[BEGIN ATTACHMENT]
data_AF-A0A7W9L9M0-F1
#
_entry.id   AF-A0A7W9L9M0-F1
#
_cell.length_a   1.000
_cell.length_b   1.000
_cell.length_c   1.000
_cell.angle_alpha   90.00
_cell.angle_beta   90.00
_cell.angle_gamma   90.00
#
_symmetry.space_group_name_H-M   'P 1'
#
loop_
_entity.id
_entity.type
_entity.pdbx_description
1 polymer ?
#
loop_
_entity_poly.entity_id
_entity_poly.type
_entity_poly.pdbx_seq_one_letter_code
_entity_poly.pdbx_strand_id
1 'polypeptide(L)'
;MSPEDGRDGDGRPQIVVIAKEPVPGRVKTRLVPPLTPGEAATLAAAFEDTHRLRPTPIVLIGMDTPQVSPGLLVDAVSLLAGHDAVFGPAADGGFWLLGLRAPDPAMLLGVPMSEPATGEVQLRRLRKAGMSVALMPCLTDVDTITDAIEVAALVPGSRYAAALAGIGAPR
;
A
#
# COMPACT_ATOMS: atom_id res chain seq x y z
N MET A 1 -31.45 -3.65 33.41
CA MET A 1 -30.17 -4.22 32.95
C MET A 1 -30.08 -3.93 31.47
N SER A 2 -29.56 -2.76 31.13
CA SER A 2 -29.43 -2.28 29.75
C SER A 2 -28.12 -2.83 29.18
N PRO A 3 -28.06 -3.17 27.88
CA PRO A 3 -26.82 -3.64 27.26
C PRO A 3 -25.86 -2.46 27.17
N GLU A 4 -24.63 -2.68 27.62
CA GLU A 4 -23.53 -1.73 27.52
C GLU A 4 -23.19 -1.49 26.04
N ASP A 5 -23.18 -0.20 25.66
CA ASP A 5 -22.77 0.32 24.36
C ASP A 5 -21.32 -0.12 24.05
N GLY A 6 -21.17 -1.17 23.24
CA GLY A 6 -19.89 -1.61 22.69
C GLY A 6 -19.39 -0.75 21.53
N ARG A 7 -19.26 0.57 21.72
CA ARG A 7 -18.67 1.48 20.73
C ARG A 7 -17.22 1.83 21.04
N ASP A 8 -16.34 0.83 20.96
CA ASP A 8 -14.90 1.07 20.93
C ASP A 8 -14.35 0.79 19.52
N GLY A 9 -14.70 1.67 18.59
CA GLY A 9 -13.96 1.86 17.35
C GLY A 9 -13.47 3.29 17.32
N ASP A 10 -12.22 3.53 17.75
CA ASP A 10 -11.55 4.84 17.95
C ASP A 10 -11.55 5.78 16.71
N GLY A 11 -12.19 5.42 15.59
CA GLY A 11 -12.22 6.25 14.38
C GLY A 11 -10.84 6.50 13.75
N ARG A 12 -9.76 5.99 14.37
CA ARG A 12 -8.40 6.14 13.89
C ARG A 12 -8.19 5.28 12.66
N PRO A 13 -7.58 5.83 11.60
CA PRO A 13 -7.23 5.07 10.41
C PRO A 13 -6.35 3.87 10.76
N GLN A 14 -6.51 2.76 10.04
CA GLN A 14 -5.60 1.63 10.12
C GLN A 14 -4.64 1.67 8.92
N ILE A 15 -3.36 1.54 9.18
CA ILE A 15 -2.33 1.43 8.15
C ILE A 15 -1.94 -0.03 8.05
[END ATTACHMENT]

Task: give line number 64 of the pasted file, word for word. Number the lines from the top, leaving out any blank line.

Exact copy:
N ARG A 12 -9.76 5.99 14.37